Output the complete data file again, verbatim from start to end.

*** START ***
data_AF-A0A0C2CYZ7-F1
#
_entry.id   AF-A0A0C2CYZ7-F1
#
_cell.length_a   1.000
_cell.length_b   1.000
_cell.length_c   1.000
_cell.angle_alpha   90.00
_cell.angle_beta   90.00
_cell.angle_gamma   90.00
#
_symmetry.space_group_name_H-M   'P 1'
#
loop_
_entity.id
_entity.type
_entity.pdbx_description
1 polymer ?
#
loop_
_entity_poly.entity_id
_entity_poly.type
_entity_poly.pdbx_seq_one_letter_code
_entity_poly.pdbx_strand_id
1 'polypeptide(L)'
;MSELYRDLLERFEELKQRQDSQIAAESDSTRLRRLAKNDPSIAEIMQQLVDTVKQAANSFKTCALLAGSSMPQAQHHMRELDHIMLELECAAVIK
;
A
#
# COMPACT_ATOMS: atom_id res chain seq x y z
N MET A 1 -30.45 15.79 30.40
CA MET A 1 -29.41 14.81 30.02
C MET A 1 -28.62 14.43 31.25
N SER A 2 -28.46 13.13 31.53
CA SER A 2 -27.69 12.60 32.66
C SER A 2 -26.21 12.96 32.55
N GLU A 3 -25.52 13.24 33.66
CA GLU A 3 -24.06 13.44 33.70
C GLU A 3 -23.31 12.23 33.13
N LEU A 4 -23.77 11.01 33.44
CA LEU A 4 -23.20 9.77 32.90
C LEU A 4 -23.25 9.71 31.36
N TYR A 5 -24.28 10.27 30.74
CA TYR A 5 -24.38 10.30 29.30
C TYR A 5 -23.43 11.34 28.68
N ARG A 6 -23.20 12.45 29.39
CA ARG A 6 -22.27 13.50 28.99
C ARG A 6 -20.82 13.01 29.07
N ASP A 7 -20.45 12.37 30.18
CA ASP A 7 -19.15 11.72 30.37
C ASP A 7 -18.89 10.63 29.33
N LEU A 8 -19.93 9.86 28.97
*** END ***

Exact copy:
data_AF-A0A0C2CYZ7-F1
#
_entry.id   AF-A0A0C2CYZ7-F1
#
_cell.length_a   1.000
_cell.length_b   1.000
_cell.length_c   1.000
_cell.angle_alpha   90.00
_cell.angle_beta   90.00
_cell.angle_gamma   90.00
#
_symmetry.space_group_name_H-M   'P 1'
#
loop_
_entity.id
_entity.type
_entity.pdbx_description
1 polymer ?
#
loop_
_entity_poly.entity_id
_entity_poly.type
_entity_poly.pdbx_seq_one_letter_code
_entity_poly.pdbx_strand_id
1 'polypeptide(L)'
;MSELYRDLLERFEELKQRQDSQIAAESDSTRLRRLAKNDPSIAEIMQQLVDTVKQAANSFKTCALLAGSSMPQAQHHMRELDHIMLELECAAVIK
;
A
#
# COMPACT_ATOMS: atom_id res chain seq x y z
N MET A 1 -30.45 15.79 30.40
CA MET A 1 -29.41 14.81 30.02
C MET A 1 -28.62 14.43 31.25
N SER A 2 -28.46 13.13 31.53
CA SER A 2 -27.69 12.60 32.66
C SER A 2 -26.21 12.96 32.55
N GLU A 3 -25.52 13.24 33.66
CA GLU A 3 -24.06 13.44 33.70
C GLU A 3 -23.31 12.23 33.13
N LEU A 4 -23.77 11.01 33.44
CA LEU A 4 -23.20 9.77 32.90
C LEU A 4 -23.25 9.71 31.36
N TYR A 5 -24.28 10.27 30.74
CA TYR A 5 -24.38 10.30 29.30
C TYR A 5 -23.43 11.34 28.68
N ARG A 6 -23.20 12.45 29.39
CA ARG A 6 -22.27 13.50 28.99
C ARG A 6 -20.82 13.01 29.07
N ASP A 7 -20.45 12.37 30.18
CA ASP A 7 -19.15 11.72 30.37
C ASP A 7 -18.89 10.63 29.33
N LEU A 8 -19.93 9.86 28.97